Op-Ed: Virginia at crossroads in delivering critical care to medically fragile children

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Co-Authored By:
Laura McGrath, Esq., Parent/Founder, Our Special Lives
Melinda Phillips, CEO/President, Thrive Skilled Pediatric Care

Virginia healthcare providers are well known for delivering exceptional care from its beaches to its mountains, but the most vulnerable children in Virginia may lose access to a critical component of their care.  Many medically fragile children are at risk of losing access to vital life-sustaining medical supplies and services in the Commonwealth.

Children with feeding tubes, ventilators and other significant health needs are dependent on the few pediatric medical supply companies in Virginia to deliver life sustaining equipment, supplies and medical food.  However, in the face of rising costs for transportation, labor, shipping, as well as price hikes from manufacturers, these home medical equipment (HME) providers have met a concurrent decrease in Medicaid reimbursement rates, which is an insurance reimbursement that almost all medically fragile children are dependent upon. Unfortunately, current Virginia Medicaid reimbursement rates are lower than the national Medicaid average. In one example, Virginia’s Medicaid reimbursement rates for medically prescribed infant formula ranges from 29% to 88% below the national reimbursement rate. In other cases, reimbursement rates do not even cover the purchase price of items which doctors prescribe for these pediatric patients with significant needs.  Importantly, such rates also do not include freight expenses or the supply company’s operating cost to process the orders, train families how to use the equipment and supplies, or servicing of the life-sustaining equipment, such as ventilators. The Virginia Assembly convened in January for the 2023 session and is reviewing amendments to the biennial budget. Under consideration is an amendment requesting the Department of Medical Assistance Services (DMAS) to increase reimbursement rates for HME products, including feeding tube-related products and supplies. The passing of this amendment would once again allow access to medical food, supplies and equipment for these medically fragile children.

Virginia has lost about 40% of such medical suppliers since 2013, thanks to drastic cuts over the last decade. Currently, Virginia only has one dedicated pediatric supply company, Thrive Skilled Pediatric Care. As a result, neonatal and pediatric intensive care units are struggling to discharge their ventilator, tracheostomy, and medical formula-dependent patients because of the lack of pediatric supply companies which can serve these patients.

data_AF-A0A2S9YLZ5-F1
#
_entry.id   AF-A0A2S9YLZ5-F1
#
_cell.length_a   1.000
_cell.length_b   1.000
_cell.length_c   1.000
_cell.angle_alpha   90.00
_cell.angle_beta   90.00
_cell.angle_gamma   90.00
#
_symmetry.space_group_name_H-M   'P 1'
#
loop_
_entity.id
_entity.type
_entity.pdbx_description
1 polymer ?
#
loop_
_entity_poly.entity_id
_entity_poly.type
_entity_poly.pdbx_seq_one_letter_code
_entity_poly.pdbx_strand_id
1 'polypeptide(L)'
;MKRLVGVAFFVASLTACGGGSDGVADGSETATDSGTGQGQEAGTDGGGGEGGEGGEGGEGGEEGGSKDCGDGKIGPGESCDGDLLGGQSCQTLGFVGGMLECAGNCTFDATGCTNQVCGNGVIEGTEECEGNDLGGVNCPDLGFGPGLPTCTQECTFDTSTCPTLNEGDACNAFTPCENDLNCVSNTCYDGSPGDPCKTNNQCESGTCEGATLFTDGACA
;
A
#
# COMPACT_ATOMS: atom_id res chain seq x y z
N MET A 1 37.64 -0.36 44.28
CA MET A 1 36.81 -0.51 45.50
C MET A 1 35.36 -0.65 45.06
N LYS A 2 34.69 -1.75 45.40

Kirk Petrie founded Tender Hearts Home Health Care in 2005 to provide ventilators, oxygen, and other respiratory supplies to children in the Piedmont region. In 2009, he discovered that the Medicaid reimbursements were not on the same pace as the cost to purchase critical care items. Due to the gap, Kirk had to close Tender Hearts in December 2021.

Michael O’Brien, Respiratory Therapist and Pediatric Home Ventilator Program Coordinator, at UVA Children’s Hospital, notes the challenges facing clinicians as skilled providers no longer serve pediatric patients: “Transitioning our most medically fragile ventilator patients to their homes is now a real problem for us. Increased costs and low reimbursement are knocking companies out of the market, so in many cases, we have no HME provider to care for our families, especially in rural areas.”

As a result, many pediatric patients transitioning out of extended hospital stays must be placed in a skilled nursing facility (SNF) or medical foster care due to a lack of medical supply companies that service the area where they reside.

Laura McGrath, whose child has received supply and equipment services for the past twelve years, is aware of parents like her using unorthodox methods to access supplies to take care of their children. Parents will trade supplies or buy from uncontrolled online sources.  Sometimes parents must use desperate solutions, such as making their own formula with condensed milk, instead of the formula prescribed by their pediatrician. Ms. McGrath feels that the state must, “allocate sufficient funds through this amendment to fund medically necessary treatment for Virginia’s most vulnerable population of children.  Not only is access to care under Medicaid legally mandated, but it is the most humane choice that our elected officials can make for these children.”

The Assembly can take a critical step forward by including in the budget an amendment that updates HME reimbursement to align with the current market environment.  We need to strengthen our ability to deliver care to many thousands of children in Virginia. Investing in homecare lowers overall Medicaid spending, reduces the strain on hospitals and nursing facilities, and improves patient outcomes. Children and their caregivers in Virginia shouldn’t have to wait any longer to receive this life-sustaining funding.

Date

Jan 24, 2023

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